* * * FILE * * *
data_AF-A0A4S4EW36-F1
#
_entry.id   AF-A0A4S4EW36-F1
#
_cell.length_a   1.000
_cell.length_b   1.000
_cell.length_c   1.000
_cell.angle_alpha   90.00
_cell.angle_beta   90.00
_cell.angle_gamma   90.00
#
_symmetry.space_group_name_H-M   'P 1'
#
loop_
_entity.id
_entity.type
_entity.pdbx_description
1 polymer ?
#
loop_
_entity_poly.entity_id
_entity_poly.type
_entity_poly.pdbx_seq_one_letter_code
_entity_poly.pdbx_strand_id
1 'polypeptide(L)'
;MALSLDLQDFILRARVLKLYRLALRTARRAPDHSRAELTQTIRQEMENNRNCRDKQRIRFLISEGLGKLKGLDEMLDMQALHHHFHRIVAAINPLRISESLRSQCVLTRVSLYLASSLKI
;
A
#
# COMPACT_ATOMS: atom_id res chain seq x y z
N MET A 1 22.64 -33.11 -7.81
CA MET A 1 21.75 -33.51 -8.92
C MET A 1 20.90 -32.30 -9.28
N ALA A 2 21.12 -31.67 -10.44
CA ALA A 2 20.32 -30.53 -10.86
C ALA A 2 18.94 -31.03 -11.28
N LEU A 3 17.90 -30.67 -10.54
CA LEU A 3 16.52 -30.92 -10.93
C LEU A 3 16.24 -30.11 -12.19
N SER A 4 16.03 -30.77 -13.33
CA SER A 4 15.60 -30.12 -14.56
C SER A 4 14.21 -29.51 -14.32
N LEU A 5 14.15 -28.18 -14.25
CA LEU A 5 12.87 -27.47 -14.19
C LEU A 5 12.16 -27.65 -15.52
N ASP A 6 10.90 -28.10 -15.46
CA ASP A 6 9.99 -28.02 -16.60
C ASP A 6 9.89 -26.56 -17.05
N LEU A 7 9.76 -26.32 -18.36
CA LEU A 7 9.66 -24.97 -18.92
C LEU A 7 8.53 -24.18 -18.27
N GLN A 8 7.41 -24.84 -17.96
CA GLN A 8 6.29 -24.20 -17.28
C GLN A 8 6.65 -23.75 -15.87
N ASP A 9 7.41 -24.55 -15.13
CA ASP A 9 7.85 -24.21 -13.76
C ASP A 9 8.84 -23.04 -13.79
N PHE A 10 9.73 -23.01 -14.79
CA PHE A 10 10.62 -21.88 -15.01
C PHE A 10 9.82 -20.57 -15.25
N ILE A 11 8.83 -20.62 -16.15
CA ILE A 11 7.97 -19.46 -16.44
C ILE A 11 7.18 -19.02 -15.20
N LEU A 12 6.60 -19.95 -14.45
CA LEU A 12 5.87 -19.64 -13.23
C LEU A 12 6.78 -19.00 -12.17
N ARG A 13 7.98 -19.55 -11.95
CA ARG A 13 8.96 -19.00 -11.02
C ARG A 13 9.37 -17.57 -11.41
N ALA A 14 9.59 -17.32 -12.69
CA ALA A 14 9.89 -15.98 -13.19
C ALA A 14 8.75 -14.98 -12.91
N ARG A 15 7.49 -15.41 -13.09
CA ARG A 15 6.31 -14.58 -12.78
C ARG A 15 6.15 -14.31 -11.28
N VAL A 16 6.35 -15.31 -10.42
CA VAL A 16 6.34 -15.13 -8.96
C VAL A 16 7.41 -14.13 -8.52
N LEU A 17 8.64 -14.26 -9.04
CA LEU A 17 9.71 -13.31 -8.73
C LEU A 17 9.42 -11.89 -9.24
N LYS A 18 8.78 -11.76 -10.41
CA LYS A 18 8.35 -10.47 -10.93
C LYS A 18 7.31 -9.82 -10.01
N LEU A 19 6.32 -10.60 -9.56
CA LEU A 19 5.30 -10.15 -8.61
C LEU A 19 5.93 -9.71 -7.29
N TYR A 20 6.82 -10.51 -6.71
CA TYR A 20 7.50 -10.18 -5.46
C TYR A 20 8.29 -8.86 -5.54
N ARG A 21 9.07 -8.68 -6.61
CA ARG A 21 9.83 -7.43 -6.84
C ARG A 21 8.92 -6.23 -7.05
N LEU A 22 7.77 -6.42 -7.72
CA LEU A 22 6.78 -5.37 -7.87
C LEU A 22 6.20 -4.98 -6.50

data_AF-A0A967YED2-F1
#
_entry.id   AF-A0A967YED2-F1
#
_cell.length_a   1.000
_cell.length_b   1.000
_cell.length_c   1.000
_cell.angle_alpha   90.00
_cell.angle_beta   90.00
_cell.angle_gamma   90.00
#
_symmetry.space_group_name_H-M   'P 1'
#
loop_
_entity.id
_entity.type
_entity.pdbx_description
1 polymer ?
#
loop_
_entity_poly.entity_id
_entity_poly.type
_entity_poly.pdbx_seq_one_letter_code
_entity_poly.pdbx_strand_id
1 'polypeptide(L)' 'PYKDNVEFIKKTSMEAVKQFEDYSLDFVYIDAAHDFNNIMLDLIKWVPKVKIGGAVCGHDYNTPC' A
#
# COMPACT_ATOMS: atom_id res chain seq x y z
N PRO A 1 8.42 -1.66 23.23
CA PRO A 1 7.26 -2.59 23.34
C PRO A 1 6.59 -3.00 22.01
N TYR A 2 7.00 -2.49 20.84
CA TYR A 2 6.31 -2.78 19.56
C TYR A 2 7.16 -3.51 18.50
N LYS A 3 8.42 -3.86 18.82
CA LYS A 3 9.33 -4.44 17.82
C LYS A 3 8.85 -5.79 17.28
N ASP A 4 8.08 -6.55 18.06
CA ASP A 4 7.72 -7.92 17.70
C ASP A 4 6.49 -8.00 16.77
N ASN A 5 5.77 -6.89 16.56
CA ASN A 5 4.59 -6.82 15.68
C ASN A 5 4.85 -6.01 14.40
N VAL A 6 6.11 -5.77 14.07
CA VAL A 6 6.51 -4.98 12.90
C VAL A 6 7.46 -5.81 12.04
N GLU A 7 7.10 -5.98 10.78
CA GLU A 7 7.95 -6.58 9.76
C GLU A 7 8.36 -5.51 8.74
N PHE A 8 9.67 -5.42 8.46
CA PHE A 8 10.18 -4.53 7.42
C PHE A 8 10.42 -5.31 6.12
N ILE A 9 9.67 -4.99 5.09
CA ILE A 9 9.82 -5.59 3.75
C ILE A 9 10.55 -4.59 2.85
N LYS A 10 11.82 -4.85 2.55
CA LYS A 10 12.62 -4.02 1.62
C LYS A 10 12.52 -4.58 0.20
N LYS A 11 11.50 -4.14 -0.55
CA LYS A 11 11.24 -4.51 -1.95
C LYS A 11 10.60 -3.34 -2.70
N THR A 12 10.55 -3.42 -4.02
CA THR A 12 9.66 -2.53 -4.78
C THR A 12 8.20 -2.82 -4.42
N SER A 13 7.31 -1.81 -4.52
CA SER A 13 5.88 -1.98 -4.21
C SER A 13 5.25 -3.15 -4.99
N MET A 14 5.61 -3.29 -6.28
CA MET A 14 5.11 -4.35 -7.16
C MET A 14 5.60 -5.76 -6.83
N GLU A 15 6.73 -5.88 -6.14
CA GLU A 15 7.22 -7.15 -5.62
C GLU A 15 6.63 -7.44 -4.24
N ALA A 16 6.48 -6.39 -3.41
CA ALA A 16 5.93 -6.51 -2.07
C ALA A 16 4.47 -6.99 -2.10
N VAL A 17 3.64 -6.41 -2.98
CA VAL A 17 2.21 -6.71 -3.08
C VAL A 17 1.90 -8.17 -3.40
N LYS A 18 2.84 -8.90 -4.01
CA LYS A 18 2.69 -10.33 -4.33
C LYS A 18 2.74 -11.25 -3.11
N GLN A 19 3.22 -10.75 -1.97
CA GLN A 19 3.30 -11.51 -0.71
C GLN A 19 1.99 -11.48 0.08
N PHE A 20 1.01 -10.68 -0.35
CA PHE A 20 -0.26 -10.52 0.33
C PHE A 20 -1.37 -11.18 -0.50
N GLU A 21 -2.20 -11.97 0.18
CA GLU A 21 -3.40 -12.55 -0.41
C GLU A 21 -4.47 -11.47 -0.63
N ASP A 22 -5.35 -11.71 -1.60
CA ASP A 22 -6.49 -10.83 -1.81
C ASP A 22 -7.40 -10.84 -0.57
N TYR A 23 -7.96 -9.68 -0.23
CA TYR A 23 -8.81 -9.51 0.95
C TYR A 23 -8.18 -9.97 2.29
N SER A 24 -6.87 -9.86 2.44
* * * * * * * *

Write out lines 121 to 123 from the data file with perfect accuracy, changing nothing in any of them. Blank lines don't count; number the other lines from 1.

1 'polypeptide(L)' 'PYKDNVEFIKKTSMEAVKQFEDYSLDFVYIDAAHDFNNIMLDLIKWVPKVKIGGAVCGHDYNTPC' A
#
# COMPACT_ATOMS: atom_id res chain seq x y z